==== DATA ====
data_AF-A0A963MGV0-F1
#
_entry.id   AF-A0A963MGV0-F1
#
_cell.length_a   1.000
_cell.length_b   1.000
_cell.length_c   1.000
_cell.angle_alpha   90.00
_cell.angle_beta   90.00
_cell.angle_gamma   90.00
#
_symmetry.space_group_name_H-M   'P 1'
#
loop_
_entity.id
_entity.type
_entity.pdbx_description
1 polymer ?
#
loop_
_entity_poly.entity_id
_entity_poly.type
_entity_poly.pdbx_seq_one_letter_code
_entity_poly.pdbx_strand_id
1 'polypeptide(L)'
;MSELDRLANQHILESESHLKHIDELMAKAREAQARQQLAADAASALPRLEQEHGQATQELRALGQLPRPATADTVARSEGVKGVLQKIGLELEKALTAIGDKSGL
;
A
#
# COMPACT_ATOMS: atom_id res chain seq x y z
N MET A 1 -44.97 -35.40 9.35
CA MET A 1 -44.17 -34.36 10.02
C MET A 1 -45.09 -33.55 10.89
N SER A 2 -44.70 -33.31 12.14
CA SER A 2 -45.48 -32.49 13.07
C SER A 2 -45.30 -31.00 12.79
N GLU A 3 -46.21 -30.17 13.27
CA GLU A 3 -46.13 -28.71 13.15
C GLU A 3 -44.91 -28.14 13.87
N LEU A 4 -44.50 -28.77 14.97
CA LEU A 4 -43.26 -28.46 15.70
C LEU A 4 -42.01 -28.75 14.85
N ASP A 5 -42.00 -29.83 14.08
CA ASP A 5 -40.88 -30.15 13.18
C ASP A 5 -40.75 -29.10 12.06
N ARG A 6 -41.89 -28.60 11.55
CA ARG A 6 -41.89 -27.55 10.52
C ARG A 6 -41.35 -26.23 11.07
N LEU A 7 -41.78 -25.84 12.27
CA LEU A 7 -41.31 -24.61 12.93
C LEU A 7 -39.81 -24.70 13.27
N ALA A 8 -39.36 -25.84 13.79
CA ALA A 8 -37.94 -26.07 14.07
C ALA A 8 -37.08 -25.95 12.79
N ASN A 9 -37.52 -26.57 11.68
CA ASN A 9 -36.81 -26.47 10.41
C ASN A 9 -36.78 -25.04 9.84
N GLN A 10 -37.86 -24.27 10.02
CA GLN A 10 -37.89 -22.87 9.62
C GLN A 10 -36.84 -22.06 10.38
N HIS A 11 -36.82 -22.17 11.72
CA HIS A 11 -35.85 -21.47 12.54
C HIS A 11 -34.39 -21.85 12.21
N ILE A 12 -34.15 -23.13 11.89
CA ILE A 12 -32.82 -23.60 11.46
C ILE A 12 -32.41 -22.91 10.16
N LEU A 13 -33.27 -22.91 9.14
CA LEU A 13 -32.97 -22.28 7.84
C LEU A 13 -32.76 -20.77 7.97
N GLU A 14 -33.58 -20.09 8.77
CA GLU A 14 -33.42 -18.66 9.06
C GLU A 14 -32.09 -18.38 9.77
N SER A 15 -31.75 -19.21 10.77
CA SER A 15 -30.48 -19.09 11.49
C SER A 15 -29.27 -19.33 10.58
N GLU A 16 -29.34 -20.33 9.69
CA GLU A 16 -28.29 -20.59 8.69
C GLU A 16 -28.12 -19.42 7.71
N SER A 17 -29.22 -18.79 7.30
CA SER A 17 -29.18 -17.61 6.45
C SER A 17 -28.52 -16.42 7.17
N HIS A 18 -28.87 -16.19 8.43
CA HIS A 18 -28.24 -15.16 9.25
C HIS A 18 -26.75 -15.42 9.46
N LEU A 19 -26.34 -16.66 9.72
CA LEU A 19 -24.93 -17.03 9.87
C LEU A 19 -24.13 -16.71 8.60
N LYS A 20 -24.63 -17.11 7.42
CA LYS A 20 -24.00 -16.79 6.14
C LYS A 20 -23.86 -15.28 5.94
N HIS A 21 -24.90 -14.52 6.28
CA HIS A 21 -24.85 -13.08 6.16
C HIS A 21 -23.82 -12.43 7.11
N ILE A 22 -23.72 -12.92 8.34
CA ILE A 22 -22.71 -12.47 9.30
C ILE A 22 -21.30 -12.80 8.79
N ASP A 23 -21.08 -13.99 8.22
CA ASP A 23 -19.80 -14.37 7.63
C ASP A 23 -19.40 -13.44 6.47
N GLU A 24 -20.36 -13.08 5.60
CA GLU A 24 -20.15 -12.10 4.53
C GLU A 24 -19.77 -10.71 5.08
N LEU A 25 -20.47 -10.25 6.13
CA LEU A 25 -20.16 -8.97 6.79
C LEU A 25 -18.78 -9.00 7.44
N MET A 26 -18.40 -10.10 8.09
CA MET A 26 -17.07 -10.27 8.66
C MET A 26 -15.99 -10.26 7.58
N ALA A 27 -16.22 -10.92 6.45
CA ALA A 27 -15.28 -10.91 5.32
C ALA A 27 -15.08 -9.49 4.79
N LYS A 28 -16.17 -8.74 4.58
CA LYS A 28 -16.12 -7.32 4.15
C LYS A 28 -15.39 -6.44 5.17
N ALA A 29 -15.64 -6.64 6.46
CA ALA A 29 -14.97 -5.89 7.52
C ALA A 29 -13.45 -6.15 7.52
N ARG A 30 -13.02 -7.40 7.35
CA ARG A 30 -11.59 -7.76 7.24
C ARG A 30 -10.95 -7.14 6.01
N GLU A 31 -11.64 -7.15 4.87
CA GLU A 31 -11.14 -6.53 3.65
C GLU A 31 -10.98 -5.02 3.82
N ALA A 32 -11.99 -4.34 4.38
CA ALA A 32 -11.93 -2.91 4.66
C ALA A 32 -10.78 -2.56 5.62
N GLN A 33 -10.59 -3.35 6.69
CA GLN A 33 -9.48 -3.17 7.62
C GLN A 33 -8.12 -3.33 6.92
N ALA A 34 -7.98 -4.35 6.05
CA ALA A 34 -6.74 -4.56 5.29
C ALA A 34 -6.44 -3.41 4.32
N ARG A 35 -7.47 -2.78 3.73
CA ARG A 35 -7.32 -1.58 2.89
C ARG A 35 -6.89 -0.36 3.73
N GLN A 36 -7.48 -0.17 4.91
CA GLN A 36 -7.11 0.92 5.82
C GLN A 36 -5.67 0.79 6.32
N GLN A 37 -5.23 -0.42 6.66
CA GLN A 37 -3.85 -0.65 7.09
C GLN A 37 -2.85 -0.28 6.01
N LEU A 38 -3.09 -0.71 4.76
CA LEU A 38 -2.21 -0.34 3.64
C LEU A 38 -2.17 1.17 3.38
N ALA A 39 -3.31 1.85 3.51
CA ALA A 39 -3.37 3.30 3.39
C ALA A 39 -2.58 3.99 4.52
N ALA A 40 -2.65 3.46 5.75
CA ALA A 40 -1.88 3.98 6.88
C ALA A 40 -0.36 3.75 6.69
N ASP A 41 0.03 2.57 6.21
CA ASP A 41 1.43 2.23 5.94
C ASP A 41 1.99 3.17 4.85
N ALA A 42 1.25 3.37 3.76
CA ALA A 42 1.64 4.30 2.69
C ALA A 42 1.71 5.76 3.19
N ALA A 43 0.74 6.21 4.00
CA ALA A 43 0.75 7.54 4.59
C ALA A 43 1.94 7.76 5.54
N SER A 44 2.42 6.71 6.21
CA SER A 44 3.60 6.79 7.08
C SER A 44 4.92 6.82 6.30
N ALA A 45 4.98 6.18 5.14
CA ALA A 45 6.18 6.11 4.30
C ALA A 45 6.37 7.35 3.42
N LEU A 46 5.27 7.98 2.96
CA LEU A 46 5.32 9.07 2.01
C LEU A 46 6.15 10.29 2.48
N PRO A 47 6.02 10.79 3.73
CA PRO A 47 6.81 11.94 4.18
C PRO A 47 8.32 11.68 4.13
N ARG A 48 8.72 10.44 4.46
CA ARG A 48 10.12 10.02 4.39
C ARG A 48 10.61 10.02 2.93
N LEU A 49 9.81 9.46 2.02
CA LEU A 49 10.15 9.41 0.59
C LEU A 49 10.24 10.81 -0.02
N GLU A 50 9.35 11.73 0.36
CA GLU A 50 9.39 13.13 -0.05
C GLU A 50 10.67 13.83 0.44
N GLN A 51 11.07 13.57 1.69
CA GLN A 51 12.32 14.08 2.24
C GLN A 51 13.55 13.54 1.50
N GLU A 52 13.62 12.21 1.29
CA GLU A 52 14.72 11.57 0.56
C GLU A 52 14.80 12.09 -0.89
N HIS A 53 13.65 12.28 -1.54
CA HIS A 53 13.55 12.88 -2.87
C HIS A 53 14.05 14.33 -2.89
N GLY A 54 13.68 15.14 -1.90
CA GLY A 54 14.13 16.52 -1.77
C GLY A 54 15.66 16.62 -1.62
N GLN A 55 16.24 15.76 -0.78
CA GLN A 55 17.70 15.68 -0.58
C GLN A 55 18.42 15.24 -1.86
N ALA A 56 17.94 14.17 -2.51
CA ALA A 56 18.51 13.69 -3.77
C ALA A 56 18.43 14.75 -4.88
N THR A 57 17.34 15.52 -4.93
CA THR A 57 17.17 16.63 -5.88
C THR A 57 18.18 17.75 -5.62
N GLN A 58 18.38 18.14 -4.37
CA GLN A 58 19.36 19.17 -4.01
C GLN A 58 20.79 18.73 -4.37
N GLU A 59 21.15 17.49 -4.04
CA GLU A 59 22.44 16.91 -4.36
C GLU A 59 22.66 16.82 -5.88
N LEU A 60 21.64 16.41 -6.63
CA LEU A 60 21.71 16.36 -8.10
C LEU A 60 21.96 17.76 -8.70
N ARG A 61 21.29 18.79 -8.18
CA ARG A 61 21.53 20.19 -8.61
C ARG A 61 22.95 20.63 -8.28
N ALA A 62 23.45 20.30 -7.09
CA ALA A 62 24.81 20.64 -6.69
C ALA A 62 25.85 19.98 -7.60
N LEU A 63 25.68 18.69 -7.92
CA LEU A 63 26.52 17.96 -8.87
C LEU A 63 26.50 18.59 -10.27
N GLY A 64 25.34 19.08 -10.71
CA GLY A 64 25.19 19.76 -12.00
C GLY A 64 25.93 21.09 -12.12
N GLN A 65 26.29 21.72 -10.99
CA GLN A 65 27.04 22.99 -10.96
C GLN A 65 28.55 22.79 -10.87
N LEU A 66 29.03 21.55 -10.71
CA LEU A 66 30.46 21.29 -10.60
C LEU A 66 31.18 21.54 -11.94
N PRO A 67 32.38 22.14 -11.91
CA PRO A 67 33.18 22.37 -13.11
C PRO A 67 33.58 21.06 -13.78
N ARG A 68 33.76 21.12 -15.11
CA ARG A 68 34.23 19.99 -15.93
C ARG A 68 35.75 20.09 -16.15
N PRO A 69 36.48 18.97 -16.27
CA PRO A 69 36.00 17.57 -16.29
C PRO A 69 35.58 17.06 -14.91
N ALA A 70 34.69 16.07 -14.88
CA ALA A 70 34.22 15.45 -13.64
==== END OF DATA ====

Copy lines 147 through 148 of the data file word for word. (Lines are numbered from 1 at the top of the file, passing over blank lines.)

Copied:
C ALA A 39 -2.58 3.99 4.52
N ALA A 40 -2.65 3.46 5.75